THE flood defence scheme in the hills above Pickering is attracting international attention.

Visitors from as far afield as Japan and Hungary have recently visited the Slowing the Flow site to learn more about natural flood defences and how they might work in their own countries.

Slowing the Flow is a project which established a quantity of woody dams, as well as a larger earth bund, in the streams which feed into the Pickering beck.

Ryedale District councillor Mike Potter said he had shown the more remote measures, high in the catchment in Cropton forest, to a visiting economics professor from Keio University in Tokyo.

Cllr Potter said: “Ayumi Onuma is heavily involved in trying to influence the Japanese government to adopt ‘green infrastructure’ in addition to the massive ‘grey infrastructure’ currently being built to defend coastal areas against future tsunamis.”

He added he and the Forestry Commission had also had a visit from a large Hungarian delegation, including officials from the Ministry of the Interior and a host of regional civic leaders, led by two people from the World Wildlife Fund.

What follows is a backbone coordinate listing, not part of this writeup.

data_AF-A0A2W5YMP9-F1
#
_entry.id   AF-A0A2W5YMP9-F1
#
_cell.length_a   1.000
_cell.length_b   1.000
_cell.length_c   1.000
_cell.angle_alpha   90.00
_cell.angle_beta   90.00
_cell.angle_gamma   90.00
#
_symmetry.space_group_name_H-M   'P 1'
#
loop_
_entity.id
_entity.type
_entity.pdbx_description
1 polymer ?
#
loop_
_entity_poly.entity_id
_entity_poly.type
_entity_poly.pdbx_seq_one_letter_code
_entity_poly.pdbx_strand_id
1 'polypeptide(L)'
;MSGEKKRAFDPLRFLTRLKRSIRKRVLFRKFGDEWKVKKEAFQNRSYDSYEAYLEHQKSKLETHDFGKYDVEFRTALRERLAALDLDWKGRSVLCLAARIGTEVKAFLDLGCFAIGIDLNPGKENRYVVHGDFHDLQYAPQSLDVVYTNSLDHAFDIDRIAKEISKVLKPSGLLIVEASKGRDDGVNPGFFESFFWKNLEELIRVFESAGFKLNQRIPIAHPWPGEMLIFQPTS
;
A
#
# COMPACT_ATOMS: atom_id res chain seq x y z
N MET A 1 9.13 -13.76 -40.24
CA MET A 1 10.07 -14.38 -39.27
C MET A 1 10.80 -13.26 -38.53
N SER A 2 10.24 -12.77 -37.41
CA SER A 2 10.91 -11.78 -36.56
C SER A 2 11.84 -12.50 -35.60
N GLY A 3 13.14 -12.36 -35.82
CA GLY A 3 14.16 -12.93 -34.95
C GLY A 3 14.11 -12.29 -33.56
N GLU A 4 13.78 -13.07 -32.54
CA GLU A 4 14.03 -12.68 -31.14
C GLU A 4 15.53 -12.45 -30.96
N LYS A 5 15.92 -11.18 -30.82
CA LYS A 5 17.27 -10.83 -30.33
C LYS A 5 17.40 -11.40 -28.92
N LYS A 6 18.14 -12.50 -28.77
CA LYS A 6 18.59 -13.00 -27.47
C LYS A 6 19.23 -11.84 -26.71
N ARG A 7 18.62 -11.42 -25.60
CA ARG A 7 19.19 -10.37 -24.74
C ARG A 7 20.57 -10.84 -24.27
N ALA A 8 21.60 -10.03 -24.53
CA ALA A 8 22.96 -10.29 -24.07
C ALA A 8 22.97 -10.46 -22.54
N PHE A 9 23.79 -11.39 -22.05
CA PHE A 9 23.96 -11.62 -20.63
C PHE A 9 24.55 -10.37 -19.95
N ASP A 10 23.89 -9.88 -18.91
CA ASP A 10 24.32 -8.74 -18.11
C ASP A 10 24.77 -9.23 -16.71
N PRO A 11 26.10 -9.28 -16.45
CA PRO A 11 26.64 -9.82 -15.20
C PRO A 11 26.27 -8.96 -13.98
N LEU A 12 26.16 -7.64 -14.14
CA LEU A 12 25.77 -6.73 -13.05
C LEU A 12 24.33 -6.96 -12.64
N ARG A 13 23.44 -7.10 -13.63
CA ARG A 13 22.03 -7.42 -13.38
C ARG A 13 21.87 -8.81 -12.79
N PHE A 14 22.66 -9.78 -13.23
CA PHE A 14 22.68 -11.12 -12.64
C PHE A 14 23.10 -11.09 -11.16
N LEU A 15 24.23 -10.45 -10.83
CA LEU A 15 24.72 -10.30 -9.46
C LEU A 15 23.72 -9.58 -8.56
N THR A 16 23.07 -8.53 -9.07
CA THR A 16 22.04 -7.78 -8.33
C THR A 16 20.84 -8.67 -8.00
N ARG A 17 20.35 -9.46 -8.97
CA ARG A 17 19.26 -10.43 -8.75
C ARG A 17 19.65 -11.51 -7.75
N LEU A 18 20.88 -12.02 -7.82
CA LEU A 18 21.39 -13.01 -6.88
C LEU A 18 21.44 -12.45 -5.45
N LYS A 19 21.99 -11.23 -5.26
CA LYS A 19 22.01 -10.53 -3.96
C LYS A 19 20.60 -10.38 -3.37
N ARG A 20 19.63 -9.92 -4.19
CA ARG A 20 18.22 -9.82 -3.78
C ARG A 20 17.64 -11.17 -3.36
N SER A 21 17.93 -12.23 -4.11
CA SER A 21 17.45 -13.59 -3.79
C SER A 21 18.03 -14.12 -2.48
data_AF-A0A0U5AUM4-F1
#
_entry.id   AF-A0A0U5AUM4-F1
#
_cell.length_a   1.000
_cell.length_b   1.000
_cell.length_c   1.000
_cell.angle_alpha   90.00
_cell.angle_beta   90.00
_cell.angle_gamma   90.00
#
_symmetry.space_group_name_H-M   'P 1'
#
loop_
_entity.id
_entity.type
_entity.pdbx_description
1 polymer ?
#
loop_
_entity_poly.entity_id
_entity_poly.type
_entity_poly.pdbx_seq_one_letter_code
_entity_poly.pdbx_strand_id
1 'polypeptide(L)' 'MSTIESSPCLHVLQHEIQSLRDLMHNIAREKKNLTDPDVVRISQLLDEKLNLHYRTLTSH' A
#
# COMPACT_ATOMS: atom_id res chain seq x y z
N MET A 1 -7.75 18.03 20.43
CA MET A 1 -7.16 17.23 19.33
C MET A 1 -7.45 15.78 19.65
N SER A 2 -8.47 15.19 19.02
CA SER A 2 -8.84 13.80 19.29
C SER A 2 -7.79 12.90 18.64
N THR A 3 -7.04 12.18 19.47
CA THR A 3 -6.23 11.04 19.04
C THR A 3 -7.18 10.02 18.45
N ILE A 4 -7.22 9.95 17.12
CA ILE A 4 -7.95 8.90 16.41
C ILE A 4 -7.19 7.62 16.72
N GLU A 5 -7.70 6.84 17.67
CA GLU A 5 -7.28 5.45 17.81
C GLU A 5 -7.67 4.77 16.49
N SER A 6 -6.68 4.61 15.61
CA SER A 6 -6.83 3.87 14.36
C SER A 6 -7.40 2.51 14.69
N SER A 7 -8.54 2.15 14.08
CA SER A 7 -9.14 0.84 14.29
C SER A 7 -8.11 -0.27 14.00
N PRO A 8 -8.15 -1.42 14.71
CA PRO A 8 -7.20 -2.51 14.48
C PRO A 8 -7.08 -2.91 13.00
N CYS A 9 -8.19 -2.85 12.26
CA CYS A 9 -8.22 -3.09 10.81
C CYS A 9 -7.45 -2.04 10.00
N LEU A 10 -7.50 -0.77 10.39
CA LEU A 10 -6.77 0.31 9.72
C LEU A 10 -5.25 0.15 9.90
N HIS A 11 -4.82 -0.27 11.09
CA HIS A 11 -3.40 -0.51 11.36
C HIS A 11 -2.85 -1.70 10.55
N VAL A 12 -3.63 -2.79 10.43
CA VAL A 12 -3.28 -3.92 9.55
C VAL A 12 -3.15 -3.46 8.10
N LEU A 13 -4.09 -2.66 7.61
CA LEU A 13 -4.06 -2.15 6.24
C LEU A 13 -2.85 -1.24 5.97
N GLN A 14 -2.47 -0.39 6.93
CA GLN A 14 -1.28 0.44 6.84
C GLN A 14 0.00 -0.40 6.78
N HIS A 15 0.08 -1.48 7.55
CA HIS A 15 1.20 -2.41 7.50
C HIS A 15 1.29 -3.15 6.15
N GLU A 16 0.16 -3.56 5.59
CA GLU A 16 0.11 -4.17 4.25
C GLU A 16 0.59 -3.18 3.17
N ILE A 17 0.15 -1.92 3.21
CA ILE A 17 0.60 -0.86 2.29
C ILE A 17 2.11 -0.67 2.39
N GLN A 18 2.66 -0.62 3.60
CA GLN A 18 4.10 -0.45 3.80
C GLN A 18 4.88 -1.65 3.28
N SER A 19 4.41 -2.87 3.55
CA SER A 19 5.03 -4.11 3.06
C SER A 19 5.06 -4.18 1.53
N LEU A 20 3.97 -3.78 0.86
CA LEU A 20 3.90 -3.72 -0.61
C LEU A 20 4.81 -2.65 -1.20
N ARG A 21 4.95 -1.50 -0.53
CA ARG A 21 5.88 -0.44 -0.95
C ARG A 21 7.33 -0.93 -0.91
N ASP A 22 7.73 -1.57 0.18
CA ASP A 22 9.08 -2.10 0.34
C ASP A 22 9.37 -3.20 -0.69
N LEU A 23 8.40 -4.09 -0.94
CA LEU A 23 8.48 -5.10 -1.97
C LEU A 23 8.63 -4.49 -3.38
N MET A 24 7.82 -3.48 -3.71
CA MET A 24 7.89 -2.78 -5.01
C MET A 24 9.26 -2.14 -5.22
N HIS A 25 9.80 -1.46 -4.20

“They are looking to introduce natural flood measures for flood, ecology, social and drought benefits,” he said.

In addition to the seven-year-old existing measures, which Cllr Potter admits are beginning to age, the Forestry Commission is beginning preparations to trial the strictly controlled, monitored and enclosed reintroduction of eight beavers in the area to further prevent water flashing off the hills into the settlements below.

It is understood that beavers would create a network of dams which would slow water flow - and establish a variety of different aquatic habitats - at no cost to taxpayers.

Cllr Potter said that the plans are “well-advanced”.